There is a standard legislative process through which policy proposals are enacted and there is an abnormal policy process as well. Similarly, there are substantive policy outcomes that may be characterized as “normal” and certain outcomes appropriately seen as “abnormal.” The politics of a given issue determine whether, and when, normal or abnormal policymaking prevails. As a result, certain political issues are well suited for effective resolution through the standard policy process, while others cannot be redressed by the normal process, but must be resolved instead through an alternative policy process. Thus, in order to fully understand why the normal process is effective in redressing certain problems, but not others, we must look to the nature of the politics of the issue “at issue.” Issue politics fundamentally drives process and policy.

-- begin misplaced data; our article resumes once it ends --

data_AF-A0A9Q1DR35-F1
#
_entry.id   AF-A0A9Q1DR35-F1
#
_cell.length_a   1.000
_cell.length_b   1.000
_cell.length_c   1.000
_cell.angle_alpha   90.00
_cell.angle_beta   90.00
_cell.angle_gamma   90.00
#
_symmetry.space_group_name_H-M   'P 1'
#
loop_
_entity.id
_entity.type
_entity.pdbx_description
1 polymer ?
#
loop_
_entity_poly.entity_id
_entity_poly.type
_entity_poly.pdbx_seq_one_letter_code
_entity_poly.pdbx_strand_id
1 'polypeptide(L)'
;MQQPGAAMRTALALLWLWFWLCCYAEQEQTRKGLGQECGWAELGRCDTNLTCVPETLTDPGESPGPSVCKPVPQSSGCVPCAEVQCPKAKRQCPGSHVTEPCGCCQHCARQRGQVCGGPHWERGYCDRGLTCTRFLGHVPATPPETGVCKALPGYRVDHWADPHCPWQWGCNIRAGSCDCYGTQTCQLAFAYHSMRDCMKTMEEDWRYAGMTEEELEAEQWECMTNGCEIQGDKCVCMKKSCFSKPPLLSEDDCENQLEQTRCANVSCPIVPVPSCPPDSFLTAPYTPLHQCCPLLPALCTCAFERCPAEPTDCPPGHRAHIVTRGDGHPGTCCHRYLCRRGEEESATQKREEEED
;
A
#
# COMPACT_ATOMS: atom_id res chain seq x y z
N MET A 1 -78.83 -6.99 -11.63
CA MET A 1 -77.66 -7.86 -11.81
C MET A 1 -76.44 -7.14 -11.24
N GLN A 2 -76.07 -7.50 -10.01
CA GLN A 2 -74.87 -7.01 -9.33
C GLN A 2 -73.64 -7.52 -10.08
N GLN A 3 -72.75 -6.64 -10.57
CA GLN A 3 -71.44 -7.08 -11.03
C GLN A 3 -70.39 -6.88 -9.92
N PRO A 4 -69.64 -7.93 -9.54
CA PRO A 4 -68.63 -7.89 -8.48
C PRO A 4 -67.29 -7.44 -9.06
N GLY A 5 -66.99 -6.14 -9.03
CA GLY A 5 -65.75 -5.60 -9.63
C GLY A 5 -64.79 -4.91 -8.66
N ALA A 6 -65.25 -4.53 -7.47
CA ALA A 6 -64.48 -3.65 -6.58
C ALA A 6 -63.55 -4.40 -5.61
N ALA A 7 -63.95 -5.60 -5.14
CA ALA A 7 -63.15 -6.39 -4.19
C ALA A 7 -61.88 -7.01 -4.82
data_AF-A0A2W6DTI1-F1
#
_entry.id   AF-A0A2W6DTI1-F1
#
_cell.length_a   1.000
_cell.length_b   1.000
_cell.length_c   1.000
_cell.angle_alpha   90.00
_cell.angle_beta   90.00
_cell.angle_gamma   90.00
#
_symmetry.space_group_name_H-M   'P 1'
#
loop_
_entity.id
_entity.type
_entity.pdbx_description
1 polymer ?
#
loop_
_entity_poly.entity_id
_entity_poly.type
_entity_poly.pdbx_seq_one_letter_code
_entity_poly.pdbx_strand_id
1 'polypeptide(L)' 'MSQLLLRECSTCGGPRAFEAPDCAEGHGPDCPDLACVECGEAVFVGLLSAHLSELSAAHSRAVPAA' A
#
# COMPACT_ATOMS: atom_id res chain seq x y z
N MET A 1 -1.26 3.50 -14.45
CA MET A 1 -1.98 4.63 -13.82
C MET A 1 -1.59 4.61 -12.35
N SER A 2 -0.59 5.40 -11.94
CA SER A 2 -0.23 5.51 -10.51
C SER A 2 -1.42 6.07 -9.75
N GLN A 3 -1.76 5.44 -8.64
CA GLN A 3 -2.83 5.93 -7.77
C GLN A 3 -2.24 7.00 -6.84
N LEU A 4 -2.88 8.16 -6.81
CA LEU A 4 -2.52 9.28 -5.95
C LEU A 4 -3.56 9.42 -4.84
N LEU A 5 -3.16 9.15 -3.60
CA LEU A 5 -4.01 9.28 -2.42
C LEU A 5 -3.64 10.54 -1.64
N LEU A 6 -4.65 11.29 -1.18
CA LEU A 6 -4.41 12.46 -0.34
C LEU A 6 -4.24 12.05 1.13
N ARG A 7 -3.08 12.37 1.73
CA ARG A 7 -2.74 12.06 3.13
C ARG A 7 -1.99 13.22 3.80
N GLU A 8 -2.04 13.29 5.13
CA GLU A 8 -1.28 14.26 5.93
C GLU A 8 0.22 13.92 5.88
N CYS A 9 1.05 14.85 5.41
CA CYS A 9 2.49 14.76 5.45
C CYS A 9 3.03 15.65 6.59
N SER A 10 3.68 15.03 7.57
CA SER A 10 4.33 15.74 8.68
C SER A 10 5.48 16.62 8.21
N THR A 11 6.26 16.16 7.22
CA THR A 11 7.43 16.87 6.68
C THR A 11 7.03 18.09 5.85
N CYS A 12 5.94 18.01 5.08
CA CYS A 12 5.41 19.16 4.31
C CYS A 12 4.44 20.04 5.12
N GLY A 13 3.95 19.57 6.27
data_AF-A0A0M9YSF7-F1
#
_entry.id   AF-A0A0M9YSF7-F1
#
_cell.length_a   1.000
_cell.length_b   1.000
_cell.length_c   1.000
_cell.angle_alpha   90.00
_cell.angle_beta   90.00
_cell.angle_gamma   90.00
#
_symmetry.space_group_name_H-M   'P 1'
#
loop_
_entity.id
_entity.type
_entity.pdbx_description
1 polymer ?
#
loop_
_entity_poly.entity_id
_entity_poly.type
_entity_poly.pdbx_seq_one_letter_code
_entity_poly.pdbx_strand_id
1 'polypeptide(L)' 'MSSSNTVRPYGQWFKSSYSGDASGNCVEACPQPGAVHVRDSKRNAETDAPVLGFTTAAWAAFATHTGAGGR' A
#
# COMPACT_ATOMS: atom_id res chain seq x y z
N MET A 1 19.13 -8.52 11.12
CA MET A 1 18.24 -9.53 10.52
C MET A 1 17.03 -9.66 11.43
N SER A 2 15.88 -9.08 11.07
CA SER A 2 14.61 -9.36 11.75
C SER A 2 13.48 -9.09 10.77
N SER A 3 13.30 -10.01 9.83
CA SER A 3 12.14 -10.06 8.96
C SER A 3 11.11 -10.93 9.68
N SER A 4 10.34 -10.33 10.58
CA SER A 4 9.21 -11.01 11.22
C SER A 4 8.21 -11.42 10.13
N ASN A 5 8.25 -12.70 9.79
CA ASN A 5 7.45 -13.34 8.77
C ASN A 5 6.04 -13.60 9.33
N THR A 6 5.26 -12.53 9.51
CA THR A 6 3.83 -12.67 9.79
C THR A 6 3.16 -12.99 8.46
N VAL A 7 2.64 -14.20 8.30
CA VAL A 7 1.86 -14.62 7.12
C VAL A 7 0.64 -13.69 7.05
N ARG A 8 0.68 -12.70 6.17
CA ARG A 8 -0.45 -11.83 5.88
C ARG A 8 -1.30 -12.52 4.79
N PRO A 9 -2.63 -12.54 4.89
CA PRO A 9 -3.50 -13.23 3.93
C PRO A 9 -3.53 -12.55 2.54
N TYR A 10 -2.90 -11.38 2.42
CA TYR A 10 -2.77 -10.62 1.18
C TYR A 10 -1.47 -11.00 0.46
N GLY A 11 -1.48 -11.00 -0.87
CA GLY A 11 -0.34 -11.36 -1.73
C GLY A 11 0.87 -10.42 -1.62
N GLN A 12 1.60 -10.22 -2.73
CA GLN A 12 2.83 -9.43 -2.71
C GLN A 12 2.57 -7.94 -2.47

The purpose of this chapter is to illuminate the dynamic interplay between the politics of an issue, the formal legislative process that attends to it, and the nature of policies designed to deal with the issue. It offers a theoretical framework for understanding and anticipating the conditions under which nontraditional legislative decisionmaking will arise and, relatedly, why it seldom does. The first section describes the basic features and dynamics of normal and abnormal legislative processes. The role that bargaining and consensus play in structuring procedural and policy outcomes is discussed in the second and third sections. The last section explains how the politics of an issue dictate the kind of legislative process attendant to policy issues and also the substance of laws that are produced by those processes. It asks: why do certain issues encounter the normal process and yield normal policy